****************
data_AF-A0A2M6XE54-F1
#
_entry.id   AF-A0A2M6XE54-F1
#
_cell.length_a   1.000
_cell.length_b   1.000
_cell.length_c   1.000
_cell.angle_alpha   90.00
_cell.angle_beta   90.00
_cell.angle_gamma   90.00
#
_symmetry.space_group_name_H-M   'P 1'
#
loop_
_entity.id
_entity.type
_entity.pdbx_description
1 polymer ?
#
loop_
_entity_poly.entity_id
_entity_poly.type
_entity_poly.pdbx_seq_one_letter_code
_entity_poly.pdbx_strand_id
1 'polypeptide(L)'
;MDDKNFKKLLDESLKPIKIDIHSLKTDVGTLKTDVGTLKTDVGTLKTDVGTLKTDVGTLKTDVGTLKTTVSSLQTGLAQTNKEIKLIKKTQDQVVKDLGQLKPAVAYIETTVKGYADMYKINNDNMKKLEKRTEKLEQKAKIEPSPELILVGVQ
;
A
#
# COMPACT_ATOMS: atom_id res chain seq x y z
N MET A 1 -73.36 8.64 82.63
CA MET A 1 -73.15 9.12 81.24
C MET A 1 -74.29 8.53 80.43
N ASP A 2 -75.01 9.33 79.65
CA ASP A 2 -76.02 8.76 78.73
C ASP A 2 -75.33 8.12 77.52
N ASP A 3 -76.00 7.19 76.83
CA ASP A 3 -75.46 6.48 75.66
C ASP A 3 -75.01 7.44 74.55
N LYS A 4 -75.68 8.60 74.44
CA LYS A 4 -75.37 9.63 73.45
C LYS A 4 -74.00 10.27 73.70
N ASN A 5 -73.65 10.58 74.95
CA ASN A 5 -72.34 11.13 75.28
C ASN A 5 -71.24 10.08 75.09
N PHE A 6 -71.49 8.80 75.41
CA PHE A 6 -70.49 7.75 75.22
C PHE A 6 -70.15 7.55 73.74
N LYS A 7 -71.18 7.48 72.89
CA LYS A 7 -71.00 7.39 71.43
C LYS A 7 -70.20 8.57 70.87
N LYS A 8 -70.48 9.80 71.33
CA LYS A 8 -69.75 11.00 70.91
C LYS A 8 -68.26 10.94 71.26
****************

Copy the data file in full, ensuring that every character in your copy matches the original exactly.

data_AF-A0A2M6XE54-F1
#
_entry.id   AF-A0A2M6XE54-F1
#
_cell.length_a   1.000
_cell.length_b   1.000
_cell.length_c   1.000
_cell.angle_alpha   90.00
_cell.angle_beta   90.00
_cell.angle_gamma   90.00
#
_symmetry.space_group_name_H-M   'P 1'
#
loop_
_entity.id
_entity.type
_entity.pdbx_description
1 polymer ?
#
loop_
_entity_poly.entity_id
_entity_poly.type
_entity_poly.pdbx_seq_one_letter_code
_entity_poly.pdbx_strand_id
1 'polypeptide(L)'
;MDDKNFKKLLDESLKPIKIDIHSLKTDVGTLKTDVGTLKTDVGTLKTDVGTLKTDVGTLKTDVGTLKTTVSSLQTGLAQTNKEIKLIKKTQDQVVKDLGQLKPAVAYIETTVKGYADMYKINNDNMKKLEKRTEKLEQKAKIEPSPELILVGVQ
;
A
#
# COMPACT_ATOMS: atom_id res chain seq x y z
N MET A 1 -73.36 8.64 82.63
CA MET A 1 -73.15 9.12 81.24
C MET A 1 -74.29 8.53 80.43
N ASP A 2 -75.01 9.33 79.65
CA ASP A 2 -76.02 8.76 78.73
C ASP A 2 -75.33 8.12 77.52
N ASP A 3 -76.00 7.19 76.83
CA ASP A 3 -75.46 6.48 75.66
C ASP A 3 -75.01 7.44 74.55
N LYS A 4 -75.68 8.60 74.44
CA LYS A 4 -75.37 9.63 73.45
C LYS A 4 -74.00 10.27 73.70
N ASN A 5 -73.65 10.58 74.95
CA ASN A 5 -72.34 11.13 75.28
C ASN A 5 -71.24 10.08 75.09
N PHE A 6 -71.49 8.80 75.41
CA PHE A 6 -70.49 7.75 75.22
C PHE A 6 -70.15 7.55 73.74
N LYS A 7 -71.18 7.48 72.89
CA LYS A 7 -71.00 7.39 71.43
C LYS A 7 -70.20 8.57 70.87
N LYS A 8 -70.48 9.80 71.33
CA LYS A 8 -69.75 11.00 70.91
C LYS A 8 -68.26 10.94 71.26